UPDATE: May 11, 2021: On Monday, Fitch Ratings also downgraded Sutter Health to A from A+. Fitch, however, revised the rating outlook to stable from negative.
The ratings agency said that despite increasing labor and legal costs for the system, the outlook reflects that its "broad delivery of care network will remain in strong demand in its markets and that cash flow will ultimately be adequate to sustain Sutter Health's capital and strategic investments."
- Standard & Poor's ratings division has downgraded Sutter Health's bonds to A from A+. S&P cited a "weakened performance" related to the COVID-19 pandemic. The agency believes it will take "a couple of years to fully address with a sizeable and multi-year turnaround." However, its ratings outlook remains stable.
- Sutter's net patient revenue was down by nearly $900 million in 2020 versus 2019. Its operating losses nearly quintupled last year compared to 2019, according to S&P. Overall, the hospital system slipped into the red last year, compared to a modest surplus in 2019.
- Sutter was boosted last year by assistance from the federal government, receiving $1.8 billion in funds from the Coronavirus Aid, Relief, and Economic Security Act and advanced Medicare payments, and its unrestricted reserves grew 10% year over year. However, S&P said Sutter's financial performance will "remain light over the next couple of years."
Like most hospital systems, the past year has been tough on Sacramento-based Sutter. The COVID-19 pandemic has taken a toll on the volume of elective procedures, driving down revenue significantly. The system also recently agreed to pay out $575 million to settle antitrust litigation filed by the California attorney general.
Those two factors conspired to drive Sutter's operations further into the red. It reported an operating loss of $402.6 million last year, versus an operating loss of $87 million for 2019. Sutter reported net income of $298.6 million from its investments — up from $285 million in 2019. However, it still reported an overall loss of $104 million, compared to net income of $198 million in 2019. Without the infusion of cash from CARES, Sutter would have lost $1 billion last year, according to S&P.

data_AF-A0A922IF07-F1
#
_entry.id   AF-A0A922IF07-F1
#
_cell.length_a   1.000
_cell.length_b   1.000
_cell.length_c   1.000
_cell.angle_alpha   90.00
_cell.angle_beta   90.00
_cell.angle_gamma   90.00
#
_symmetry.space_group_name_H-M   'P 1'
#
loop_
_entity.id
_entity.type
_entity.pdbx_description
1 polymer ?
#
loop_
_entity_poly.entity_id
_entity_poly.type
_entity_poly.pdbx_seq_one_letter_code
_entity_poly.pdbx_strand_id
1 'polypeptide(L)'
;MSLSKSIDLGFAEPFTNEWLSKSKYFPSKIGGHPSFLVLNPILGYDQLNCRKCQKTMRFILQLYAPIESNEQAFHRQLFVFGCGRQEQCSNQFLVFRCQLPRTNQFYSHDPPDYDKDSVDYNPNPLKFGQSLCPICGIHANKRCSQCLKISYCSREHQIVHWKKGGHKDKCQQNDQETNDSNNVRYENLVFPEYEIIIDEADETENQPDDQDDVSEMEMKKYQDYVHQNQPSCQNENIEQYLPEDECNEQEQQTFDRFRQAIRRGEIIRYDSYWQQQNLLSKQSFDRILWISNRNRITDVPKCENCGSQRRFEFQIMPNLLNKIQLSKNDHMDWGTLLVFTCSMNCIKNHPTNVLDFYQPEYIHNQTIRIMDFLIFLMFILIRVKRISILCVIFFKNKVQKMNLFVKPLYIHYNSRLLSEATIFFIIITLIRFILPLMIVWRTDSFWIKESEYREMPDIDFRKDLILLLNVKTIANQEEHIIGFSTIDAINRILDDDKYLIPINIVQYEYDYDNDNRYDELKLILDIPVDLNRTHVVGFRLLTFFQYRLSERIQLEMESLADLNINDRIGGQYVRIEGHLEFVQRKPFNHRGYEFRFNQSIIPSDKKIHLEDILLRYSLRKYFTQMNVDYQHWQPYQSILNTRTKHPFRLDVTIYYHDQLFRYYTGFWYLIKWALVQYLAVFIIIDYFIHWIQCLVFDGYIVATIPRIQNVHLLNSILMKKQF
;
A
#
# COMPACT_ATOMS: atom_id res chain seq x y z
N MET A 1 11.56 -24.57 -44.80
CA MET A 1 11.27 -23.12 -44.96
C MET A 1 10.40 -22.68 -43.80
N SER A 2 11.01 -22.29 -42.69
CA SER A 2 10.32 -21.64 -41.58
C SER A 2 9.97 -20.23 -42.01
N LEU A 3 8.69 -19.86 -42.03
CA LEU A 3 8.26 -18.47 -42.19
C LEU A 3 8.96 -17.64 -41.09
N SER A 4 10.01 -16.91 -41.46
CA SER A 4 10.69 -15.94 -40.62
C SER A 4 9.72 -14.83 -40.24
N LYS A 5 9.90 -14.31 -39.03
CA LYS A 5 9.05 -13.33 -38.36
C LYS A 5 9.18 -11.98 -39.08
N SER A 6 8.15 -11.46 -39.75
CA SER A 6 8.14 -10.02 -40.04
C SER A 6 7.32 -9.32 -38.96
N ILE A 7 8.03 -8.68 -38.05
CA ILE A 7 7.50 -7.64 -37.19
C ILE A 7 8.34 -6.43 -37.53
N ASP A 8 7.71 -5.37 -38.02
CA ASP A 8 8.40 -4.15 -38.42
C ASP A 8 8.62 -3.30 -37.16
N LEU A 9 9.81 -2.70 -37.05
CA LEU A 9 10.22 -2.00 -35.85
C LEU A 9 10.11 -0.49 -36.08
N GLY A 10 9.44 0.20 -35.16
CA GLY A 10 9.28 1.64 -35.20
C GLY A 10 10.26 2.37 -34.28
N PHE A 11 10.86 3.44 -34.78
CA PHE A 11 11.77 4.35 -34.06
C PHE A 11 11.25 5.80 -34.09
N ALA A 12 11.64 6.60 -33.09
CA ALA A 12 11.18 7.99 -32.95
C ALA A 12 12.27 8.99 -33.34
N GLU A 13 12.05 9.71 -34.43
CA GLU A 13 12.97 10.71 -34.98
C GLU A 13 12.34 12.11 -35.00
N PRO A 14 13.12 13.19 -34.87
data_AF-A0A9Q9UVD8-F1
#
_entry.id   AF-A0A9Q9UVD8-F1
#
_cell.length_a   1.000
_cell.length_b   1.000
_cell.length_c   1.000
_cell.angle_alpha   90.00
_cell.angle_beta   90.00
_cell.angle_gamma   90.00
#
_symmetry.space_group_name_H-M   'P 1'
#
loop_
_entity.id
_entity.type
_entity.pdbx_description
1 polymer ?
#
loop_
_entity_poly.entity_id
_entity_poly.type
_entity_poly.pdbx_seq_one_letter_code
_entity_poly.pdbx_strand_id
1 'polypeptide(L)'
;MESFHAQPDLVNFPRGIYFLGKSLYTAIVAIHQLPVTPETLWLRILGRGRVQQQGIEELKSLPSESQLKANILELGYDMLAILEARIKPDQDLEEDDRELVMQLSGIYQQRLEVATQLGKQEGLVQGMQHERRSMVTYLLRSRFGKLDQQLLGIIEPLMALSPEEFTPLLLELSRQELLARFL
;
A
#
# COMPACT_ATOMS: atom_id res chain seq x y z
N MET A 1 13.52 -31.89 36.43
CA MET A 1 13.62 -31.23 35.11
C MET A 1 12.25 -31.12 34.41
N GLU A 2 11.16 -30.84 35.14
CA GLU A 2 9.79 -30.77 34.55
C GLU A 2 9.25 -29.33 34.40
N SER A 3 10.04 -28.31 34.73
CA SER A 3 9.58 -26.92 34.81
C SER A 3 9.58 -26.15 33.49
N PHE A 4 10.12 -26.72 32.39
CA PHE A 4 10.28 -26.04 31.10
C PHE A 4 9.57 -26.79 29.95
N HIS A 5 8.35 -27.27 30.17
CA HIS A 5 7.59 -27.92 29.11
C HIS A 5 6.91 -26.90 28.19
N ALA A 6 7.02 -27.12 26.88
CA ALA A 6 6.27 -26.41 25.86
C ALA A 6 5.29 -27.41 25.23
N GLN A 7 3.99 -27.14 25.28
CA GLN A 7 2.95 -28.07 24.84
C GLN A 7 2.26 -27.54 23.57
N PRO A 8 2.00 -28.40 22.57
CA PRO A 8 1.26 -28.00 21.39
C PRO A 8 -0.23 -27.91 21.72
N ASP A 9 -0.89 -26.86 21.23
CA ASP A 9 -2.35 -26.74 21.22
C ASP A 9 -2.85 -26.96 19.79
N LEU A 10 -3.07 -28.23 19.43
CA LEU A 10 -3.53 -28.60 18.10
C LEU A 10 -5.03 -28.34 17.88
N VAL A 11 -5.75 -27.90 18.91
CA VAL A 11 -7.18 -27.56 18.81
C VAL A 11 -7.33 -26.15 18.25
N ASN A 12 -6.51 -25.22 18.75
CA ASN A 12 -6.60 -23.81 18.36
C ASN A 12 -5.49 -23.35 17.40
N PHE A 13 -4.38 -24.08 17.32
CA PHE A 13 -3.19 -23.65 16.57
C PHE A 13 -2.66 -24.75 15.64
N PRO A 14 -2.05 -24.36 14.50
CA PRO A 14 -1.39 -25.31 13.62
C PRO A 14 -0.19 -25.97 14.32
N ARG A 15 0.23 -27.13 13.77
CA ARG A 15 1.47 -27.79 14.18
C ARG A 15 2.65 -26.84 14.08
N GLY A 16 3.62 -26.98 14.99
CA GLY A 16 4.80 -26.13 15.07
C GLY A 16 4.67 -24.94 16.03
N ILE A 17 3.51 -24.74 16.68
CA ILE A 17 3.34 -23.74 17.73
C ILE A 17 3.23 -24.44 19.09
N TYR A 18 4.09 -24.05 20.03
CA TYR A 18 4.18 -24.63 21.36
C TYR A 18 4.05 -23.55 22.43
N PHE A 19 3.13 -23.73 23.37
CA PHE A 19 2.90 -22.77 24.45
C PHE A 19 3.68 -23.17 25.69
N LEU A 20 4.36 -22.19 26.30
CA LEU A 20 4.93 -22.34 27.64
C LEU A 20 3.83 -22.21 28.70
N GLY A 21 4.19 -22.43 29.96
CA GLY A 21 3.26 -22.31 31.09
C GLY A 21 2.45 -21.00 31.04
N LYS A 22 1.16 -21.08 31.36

Nevertheless, Sutter is in decent shape for the long-term. It has $6.6 billion in cash on hand, compared to $6 billion at the end of 2019, and cut $180 million in labor costs that will mostly take effect in fiscal 2021. It also recently launched a "sweeping review" of its finances in response to the effects of the COVID-19 pandemic.
However, S&P remains skeptical that it will see a turbocharged performance from Sutter anytime soon. It noted that Sutter was already dealing with thin operating margins before the pandemic, and issues such as the high cost of living in Northern California (which inflates labor costs) and the potential for ongoing wildfires (which can depress elective procedure volumes).
"While we recognize that the team is focused on rightsizing operations to generate enough cash flow to make appropriate investments, we also believe that implementation of certain initiatives could take longer given the significant turnaround required and the risks already mentioned," S&P said. "We see some flexibility for operating softness given the healthy balance sheet and the team's turnaround efforts, but do expect to see progress."